You can be proactive in preventing the onset of runner’s knee by addressing core and hip strength and stabilization in your regular routine, in addition to foam rolling. Cat also urges runners to be aware of doing too much too soon – whether that means overall mileage or not. “A lot of runners may be careful not to increase their total mileage too quickly from week to week, but maybe their symptoms are triggered by quickly jumping up from two miles of speedwork to six, for example. Be conscious of when you’re not paying as much attention in planning your training.”
What Type of Shoe Might Help?
When it comes to Runner’s Knee, generally speaking, a more cushioned shoe works best to help with impact absorption. However, Cat says, “you want to have an expert assess your gait to see how the foot lands. If it lands in such a way that causes the knee to collapse in towards the midline of the body (i.e. “tracking issue”), you might need a more medially supportive shoe as opposed to a neutral shoe – the Brooks Adrenaline for example.”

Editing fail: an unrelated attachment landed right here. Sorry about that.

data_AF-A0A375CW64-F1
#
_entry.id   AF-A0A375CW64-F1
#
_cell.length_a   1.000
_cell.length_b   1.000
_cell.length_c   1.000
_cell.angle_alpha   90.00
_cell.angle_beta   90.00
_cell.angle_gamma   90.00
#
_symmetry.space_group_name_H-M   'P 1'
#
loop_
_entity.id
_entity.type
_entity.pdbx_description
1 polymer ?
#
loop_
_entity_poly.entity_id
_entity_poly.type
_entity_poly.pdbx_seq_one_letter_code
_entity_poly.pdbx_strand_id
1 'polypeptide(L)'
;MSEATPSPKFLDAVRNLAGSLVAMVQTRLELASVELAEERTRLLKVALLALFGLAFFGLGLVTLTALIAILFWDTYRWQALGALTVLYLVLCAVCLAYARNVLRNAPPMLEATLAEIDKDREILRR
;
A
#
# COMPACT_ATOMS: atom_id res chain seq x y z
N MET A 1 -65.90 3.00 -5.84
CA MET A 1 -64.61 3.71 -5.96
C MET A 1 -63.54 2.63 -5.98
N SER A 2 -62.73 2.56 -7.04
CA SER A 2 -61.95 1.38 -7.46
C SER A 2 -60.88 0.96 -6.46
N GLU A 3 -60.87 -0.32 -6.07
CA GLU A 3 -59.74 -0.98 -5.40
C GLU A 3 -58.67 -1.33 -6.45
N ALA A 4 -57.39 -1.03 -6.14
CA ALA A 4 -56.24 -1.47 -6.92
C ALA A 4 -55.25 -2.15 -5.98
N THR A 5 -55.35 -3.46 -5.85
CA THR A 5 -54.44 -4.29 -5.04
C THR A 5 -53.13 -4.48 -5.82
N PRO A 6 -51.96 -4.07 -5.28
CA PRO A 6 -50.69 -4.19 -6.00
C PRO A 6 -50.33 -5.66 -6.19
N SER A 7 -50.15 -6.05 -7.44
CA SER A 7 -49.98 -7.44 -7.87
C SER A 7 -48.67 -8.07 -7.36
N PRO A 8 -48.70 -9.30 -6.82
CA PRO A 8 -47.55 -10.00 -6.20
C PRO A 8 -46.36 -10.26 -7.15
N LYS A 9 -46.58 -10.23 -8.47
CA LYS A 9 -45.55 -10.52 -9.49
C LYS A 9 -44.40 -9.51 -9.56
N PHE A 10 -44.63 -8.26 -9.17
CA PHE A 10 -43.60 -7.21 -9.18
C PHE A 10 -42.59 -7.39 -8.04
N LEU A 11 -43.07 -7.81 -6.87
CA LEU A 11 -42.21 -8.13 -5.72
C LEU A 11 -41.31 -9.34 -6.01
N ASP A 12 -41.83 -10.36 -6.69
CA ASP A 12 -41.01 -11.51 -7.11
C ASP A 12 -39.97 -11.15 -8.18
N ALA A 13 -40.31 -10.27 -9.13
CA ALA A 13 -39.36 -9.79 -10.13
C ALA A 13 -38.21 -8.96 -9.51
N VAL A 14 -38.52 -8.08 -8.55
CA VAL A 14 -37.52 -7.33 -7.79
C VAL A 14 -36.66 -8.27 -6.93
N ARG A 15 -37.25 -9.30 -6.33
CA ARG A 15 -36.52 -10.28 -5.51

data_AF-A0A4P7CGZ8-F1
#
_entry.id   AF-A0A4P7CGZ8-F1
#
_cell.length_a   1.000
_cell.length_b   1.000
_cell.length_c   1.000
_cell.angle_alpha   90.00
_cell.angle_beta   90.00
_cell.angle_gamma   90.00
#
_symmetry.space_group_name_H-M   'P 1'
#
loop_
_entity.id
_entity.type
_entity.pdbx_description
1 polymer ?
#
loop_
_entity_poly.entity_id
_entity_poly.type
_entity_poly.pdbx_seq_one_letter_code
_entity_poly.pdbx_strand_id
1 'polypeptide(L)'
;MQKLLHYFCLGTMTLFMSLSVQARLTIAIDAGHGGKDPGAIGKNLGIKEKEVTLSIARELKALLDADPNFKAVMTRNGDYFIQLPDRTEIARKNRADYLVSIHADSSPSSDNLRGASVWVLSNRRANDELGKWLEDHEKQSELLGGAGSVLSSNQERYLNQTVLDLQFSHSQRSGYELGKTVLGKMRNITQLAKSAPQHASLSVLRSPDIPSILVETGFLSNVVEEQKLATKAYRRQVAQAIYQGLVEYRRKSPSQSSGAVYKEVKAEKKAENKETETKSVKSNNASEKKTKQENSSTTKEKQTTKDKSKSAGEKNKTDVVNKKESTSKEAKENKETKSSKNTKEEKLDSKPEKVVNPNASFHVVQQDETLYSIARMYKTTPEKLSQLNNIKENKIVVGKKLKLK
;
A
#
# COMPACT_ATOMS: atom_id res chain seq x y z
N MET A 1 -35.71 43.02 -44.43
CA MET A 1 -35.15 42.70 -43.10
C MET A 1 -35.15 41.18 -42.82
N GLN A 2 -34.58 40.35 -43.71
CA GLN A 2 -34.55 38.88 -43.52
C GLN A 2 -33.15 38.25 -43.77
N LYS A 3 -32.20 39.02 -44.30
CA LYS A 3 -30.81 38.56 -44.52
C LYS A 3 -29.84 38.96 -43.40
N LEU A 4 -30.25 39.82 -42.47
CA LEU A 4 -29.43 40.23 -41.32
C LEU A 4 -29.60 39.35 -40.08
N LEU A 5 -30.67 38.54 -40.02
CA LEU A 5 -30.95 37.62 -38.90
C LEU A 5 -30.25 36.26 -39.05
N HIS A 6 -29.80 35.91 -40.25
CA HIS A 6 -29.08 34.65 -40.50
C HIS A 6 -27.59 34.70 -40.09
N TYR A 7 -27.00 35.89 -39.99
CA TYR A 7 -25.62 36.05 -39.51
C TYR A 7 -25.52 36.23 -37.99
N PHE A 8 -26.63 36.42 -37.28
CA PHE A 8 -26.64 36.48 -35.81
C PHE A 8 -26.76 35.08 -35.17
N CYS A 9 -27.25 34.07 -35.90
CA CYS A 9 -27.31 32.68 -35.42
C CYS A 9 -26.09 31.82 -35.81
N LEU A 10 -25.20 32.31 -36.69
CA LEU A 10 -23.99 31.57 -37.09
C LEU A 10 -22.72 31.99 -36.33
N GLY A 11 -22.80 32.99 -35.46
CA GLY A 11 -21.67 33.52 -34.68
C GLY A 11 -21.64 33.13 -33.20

Kate added, “if your knee pain is linked to your knee angulation, the softness of a padded surface becomes an unstable surface that can exacerbate some of those running mechanic-related issues.” All of this to say: footwear is a very important part of maintaining knee health, but each situation is going to be vastly different in guiding what your specific footwear needs are. Our experts highly recommend getting checked out by a doctor or a physical therapist if you think you are experiencing these symptoms before coming in to get fit for a shoe so you can get back out there and start chasing after those running goals as soon as possible.